How Often Should I Upload to YouTube to Grow a Channel Fast?

What video upload frequency gives you max subscriber growth in the least amount of time?

How often you should be uploading videos to a YouTube channel is probably the most frequent question I get from new creators…a frequent question about frequency, how meta.

And while so many of the worries YouTubers dwell on don't matter much to your success, finding that perfect upload schedule is one of the most important questions you can answer.

I would say it's one of the top three factors that have helped me grow my channel to 291,000 in three years on the platform (the other two are building a community and finding video topics that get views)!

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Does YouTube Reward Creators that Upload More Frequently?

Before we get into a few ideas on the perfect upload frequency, I want to share some anecdotal evidence that can help answer the question.

This doesn't come from deep research or data analytics, only what I've seen after three years of religiously studying YouTube best practices and trends on the platform.

For the longest time, the secret to cracking the YouTube code was to upload as frequently as possible. You wanted to be in front of as many people as often as possible.

It gave rise to channels posting daily or even more and gained millions of subscribers.

Then something happened. The channels posting more than three times a week started to see their views drop like a rock. Check out what happened to YouTube legend Evan Carmichael's channel of 2.7 million subscribers.

How often should I upload videos to YouTube
How often should I upload videos to YouTube?

Now 99% of the creators out there would love to be getting 60,000 views a day, but for Evan to come down from averaging 180K daily views in August 2018 to 120,000 and then half…that is a scary thing to happen to your business!

According to Matt Gielen of Little Monster Media, the reason behind the sharp drop was that a change in the YouTube algorithm started limiting the reach of channels publishing more than three videos a week.

It made sense. Evan hadn't changed anything about his videos, and Matt had noticed the same trend on other daily upload channels.

For a while, moderation seemed to be the name of the game. This moderation was about when I was going to three videos a week and seeing massive growth for reasons we'll discuss next.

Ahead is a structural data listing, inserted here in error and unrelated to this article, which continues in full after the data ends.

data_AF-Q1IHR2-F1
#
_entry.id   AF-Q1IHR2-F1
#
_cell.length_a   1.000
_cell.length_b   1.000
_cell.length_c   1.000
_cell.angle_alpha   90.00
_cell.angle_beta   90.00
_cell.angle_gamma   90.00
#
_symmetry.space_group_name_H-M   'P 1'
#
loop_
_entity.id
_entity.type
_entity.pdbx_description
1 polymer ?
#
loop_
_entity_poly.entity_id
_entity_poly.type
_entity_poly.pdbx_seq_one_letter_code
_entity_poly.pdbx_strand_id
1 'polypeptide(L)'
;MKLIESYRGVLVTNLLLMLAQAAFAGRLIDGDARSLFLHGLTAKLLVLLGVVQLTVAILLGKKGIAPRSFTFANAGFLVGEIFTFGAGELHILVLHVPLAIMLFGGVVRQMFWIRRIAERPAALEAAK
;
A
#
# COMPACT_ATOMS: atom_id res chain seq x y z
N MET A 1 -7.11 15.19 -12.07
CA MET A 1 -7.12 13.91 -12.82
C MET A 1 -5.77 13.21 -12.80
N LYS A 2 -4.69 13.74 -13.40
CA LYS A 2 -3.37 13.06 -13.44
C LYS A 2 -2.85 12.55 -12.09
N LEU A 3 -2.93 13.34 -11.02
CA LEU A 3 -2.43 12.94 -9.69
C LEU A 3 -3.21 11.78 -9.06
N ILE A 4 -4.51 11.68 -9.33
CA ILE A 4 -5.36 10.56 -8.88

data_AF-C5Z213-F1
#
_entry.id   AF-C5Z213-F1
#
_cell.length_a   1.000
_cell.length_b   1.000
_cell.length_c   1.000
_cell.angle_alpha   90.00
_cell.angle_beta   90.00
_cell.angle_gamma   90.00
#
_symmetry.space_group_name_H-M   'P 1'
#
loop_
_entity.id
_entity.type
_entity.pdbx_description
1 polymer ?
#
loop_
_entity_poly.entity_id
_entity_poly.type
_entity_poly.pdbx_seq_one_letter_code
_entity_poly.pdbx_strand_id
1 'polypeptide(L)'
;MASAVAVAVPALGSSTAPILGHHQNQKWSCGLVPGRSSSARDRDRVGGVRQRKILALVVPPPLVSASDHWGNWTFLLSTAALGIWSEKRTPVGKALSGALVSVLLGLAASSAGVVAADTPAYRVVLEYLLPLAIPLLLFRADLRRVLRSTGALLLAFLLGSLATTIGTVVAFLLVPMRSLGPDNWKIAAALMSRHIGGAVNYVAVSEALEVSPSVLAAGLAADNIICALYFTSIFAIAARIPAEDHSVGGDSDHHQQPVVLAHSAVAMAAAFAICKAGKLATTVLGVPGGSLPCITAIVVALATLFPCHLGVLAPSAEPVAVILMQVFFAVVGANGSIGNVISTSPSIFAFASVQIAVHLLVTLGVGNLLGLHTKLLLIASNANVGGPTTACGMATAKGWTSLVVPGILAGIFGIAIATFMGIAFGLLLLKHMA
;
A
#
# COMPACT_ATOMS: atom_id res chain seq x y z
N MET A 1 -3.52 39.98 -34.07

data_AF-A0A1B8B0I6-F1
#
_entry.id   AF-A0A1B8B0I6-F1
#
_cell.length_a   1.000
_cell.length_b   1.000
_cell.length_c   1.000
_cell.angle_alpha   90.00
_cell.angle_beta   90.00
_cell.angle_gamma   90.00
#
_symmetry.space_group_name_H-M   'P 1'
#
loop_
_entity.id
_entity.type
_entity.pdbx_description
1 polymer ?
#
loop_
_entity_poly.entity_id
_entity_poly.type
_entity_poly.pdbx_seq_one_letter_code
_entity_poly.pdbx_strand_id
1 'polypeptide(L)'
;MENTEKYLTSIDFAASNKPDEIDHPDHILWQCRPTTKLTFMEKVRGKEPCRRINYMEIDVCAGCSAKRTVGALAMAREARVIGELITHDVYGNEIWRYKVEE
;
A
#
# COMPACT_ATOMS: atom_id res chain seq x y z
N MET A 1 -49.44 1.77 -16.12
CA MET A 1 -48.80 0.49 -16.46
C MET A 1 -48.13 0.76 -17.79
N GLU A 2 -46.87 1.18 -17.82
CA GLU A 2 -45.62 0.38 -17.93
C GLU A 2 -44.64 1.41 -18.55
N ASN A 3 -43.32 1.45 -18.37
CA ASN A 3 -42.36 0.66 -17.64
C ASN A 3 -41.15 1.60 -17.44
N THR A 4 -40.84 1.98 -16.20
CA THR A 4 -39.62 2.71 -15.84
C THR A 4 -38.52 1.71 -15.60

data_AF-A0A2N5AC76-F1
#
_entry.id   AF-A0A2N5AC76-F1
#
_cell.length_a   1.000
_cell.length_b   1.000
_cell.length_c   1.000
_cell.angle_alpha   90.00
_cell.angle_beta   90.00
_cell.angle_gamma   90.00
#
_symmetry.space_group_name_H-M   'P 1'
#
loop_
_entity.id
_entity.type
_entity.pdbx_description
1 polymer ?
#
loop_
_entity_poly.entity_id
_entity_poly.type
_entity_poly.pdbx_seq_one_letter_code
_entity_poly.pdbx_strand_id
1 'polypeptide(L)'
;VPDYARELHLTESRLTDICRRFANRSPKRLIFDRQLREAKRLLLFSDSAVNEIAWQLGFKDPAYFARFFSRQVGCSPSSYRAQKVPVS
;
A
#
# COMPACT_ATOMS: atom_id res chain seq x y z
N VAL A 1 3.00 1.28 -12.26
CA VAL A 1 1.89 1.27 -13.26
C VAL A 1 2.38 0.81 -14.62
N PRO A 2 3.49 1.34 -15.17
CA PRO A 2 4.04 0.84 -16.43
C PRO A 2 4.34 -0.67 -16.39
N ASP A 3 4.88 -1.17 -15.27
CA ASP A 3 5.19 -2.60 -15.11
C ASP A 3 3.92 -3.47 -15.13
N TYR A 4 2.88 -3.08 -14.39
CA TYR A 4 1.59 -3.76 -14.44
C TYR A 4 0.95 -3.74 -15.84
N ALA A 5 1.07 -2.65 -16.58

Fast forward to 2022, though, and it seems things have changed again. (BTW, maybe the fourth factor for YouTube success should be ‘be mindful of the trends on YouTube and be ready to adjust your strategy).

Over the last several months, I've noticed many channels exploding on a daily or even multiple uploads per day schedule. Even new channels are getting hundreds of thousands of views a day and thousands of subs by ‘flooding the zone' on content.

So let's look at why frequent uploads work best and some ideas to help you develop your upload strategy.


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How Many Videos Does YouTube Want You to Upload Each Week?

Let's look at it from YouTube's perspective first to see how we might incorporate that into a strategy.

YouTube wants content! That's an undeniable truth. It needs content that draws people, keeps them on the platform, and keeps them returning. But that doesn't necessarily mean it requires you to upload daily or more.

The rationale behind the 2018 algorithm change that hurt daily upload channels was that YouTube was trying to get people to watch smaller channels and new creators that didn't have the resources to upload daily. Suppose a viewer was coming to a specific channel every day to watch a new video. In that case, that's a big time commitment that might keep them from exploring other channels and ultimately staying on the platform longer.

Another reason I've heard against daily uploads is the potential of cannibalizing views on each. YouTube promotes a video as ‘new' for 72 hours. That's why new videos often jump to the top of search or are suggested but then fall off rankings after a few days. So if you're publishing a fresh video daily, new videos could be pushing ‘less new' videos out of search or suggested for your subscribers. (Besides, how much of you do people really want to see? I know most people couldn't stand me daily.)

Fast forward to 2022, though, and the rules have changed. More so than ever, people spend their time indoors and in front of the computer. YouTube wants to grab those eyes, and people are hungry for new videos. It could be the reason daily, and even more frequent, uploads seem to be coming back.


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Rules for How Often to Upload to YouTube to Grow a Channel

Let's put it all together for a few rules on how often to upload videos for YouTube success.

Rule #1 is consistency! Whether you publish once a week or seven times, you need to do it on the same day and at the same time each week.

Sometimes it helps to think of the similarities between YouTube and traditional TV. YouTube wants shows with the consistency that people know when a new episode is out every week. So viewers wait patiently and make sure they're free every week at 8 pm on Sunday to watch the latest episode of the Simpsons, and Fox knows it will be able to keep some of them around afterward to watch other shows.

How peeved do you think viewers would have been if Jerry Seinfeld didn't have a new show ready for Must See Thursday? (yeah, maybe I'm mixing up my TV history, but you get the idea). The viewers wouldn't like it, NBC wouldn't have liked it, and Jerry wouldn't have made tens of million an episode.

Commit to a consistent schedule, let people know when they can expect a new video, and keep them coming back.